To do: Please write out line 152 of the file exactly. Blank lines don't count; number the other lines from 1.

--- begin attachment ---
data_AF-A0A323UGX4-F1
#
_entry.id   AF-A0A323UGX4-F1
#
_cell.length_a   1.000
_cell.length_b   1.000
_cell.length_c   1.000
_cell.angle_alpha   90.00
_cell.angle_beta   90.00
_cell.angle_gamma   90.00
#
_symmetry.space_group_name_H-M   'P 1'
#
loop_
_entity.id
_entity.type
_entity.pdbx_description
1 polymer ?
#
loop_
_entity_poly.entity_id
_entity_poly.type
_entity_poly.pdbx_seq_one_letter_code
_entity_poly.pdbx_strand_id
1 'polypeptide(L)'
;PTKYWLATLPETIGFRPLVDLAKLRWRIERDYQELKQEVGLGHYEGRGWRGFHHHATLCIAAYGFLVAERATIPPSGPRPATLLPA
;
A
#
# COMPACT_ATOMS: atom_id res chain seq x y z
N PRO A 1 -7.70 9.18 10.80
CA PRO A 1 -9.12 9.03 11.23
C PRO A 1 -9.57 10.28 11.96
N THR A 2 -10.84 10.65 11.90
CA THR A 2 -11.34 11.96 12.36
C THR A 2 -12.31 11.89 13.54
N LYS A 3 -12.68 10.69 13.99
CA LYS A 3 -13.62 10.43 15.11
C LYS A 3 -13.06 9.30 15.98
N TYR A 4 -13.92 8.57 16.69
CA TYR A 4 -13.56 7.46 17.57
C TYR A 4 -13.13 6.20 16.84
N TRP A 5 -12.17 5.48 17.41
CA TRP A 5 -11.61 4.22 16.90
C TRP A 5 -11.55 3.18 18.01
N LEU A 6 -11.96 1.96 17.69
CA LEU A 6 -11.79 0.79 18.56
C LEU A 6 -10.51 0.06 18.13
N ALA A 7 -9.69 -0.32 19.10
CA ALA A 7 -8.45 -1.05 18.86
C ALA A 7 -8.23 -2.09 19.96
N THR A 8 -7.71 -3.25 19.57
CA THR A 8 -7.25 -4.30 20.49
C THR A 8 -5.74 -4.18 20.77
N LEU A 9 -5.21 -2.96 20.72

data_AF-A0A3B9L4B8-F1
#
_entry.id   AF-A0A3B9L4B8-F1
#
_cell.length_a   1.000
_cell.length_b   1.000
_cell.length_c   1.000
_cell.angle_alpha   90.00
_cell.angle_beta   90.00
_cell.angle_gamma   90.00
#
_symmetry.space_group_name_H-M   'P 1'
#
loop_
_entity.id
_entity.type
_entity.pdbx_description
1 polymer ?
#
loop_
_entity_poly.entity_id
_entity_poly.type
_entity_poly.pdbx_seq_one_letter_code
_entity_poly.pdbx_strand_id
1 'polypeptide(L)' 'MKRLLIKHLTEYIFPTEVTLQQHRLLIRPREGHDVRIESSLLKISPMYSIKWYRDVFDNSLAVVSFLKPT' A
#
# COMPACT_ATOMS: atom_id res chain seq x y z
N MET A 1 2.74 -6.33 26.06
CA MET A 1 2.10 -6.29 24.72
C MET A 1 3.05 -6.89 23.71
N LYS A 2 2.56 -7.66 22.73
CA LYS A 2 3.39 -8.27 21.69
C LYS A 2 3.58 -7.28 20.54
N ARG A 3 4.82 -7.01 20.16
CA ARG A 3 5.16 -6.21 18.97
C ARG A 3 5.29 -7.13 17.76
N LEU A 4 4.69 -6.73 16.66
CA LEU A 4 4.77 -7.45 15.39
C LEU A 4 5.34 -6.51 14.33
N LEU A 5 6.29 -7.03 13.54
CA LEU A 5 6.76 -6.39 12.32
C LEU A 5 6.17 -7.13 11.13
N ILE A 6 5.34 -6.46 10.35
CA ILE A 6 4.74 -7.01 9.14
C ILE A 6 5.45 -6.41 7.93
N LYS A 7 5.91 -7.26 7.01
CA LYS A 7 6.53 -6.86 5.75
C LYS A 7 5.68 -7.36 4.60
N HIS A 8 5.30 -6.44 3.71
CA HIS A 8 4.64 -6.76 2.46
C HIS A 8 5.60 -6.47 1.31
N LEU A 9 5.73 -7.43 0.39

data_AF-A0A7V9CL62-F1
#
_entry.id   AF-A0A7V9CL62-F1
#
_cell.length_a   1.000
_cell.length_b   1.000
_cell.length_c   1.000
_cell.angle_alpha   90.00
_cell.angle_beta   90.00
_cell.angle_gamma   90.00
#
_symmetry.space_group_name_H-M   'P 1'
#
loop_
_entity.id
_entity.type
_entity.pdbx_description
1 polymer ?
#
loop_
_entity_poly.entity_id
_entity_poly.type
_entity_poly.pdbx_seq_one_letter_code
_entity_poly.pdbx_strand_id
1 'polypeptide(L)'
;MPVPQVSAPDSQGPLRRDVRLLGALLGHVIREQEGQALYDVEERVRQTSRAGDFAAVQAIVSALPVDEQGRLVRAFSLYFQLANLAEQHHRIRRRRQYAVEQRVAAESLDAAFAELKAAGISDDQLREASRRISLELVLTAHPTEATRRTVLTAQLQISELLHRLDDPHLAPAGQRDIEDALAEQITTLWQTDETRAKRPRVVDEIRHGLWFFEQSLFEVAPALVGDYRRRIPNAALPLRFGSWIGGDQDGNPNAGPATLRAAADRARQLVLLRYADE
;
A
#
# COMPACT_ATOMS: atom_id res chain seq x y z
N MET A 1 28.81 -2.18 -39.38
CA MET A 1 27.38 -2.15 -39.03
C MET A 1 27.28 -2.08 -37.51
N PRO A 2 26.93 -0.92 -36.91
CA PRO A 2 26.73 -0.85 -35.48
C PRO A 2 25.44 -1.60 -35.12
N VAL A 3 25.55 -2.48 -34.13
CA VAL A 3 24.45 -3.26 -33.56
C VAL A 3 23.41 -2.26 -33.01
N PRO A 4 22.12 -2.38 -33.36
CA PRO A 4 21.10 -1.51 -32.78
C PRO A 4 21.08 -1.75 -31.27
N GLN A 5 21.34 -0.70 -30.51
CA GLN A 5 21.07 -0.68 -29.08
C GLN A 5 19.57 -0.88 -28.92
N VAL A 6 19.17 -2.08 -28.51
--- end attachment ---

C GLN A 5 19.57 -0.88 -28.92